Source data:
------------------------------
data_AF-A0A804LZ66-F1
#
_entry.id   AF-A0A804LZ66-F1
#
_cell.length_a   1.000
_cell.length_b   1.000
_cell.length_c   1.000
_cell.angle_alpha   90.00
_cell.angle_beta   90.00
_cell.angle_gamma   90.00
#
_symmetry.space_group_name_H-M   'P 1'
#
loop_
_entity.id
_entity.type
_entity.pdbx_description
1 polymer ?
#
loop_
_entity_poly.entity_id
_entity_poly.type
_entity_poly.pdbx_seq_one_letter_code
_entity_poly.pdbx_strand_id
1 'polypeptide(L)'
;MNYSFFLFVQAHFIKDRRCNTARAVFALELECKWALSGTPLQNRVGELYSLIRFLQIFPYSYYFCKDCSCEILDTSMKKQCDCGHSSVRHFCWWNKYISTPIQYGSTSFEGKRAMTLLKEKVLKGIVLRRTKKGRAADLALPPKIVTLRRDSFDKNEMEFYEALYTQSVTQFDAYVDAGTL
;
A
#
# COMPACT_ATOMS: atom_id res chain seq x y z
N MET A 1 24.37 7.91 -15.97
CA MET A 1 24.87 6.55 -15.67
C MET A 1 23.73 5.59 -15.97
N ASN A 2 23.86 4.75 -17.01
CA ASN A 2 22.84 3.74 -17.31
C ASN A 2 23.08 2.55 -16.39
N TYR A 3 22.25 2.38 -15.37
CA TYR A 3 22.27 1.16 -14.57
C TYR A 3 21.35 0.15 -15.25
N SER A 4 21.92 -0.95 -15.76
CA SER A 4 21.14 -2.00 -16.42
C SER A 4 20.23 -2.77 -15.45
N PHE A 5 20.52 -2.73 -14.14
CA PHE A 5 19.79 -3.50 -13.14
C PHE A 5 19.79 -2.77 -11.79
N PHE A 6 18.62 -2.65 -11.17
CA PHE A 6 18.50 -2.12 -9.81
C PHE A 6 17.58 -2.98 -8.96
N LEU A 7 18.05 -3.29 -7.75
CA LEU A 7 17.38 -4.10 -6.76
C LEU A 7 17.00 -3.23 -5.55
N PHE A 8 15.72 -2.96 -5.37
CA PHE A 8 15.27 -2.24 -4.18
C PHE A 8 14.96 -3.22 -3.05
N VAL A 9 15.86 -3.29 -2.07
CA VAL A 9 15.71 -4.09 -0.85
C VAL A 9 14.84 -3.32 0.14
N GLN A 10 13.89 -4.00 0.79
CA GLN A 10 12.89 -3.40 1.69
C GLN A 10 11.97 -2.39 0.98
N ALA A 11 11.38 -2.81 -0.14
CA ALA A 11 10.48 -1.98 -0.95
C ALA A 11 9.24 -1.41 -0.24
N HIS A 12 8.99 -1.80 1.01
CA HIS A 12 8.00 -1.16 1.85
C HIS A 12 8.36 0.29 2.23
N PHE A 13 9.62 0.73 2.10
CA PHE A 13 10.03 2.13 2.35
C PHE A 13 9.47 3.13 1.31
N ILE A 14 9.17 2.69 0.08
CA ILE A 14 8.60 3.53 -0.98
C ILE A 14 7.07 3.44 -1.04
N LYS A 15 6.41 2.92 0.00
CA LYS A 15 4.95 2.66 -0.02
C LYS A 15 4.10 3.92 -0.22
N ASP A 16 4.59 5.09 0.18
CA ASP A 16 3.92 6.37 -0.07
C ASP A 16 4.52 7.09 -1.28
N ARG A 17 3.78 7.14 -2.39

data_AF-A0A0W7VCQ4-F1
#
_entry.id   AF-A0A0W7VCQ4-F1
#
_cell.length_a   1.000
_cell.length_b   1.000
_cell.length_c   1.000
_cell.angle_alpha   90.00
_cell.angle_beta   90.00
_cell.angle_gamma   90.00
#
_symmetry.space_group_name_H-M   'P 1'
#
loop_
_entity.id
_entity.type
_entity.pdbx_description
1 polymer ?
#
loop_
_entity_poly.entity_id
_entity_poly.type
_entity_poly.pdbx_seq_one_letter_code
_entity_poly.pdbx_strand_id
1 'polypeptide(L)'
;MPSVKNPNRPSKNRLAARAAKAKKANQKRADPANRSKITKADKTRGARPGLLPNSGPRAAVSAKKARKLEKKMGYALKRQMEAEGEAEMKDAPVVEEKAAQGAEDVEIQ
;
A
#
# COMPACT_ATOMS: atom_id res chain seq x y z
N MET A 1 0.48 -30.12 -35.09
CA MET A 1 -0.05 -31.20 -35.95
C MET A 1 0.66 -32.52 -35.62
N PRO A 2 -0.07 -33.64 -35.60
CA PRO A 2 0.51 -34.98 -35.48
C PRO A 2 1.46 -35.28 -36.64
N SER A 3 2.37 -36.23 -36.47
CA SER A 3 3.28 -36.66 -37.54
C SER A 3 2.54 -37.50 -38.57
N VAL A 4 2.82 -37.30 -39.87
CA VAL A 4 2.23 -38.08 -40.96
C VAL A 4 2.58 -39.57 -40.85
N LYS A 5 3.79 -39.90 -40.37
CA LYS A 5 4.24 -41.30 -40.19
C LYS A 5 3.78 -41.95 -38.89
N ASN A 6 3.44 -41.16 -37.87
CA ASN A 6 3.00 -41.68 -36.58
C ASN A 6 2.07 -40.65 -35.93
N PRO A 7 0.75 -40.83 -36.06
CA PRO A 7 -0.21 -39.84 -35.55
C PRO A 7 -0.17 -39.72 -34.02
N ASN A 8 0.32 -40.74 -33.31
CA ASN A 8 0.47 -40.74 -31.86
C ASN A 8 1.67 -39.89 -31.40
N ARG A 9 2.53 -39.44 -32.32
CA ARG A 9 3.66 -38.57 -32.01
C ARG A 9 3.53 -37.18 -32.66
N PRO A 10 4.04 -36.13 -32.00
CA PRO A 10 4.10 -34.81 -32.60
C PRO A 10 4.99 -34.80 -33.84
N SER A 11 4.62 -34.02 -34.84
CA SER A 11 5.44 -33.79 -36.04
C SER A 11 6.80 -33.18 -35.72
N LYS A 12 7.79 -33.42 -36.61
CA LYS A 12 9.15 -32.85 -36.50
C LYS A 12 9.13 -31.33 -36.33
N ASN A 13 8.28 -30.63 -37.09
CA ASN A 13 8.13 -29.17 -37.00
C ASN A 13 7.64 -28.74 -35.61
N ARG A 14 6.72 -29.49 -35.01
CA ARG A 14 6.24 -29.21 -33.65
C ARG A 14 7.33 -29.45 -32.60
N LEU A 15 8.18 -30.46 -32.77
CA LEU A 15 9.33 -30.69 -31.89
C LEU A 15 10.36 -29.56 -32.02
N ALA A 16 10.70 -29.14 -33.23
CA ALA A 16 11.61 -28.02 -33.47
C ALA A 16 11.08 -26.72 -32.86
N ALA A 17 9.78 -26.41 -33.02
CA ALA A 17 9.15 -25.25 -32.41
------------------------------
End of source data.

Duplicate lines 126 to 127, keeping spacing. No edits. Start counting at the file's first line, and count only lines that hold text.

CA ASN A 6 3.00 -41.68 -36.58
C ASN A 6 2.07 -40.65 -35.93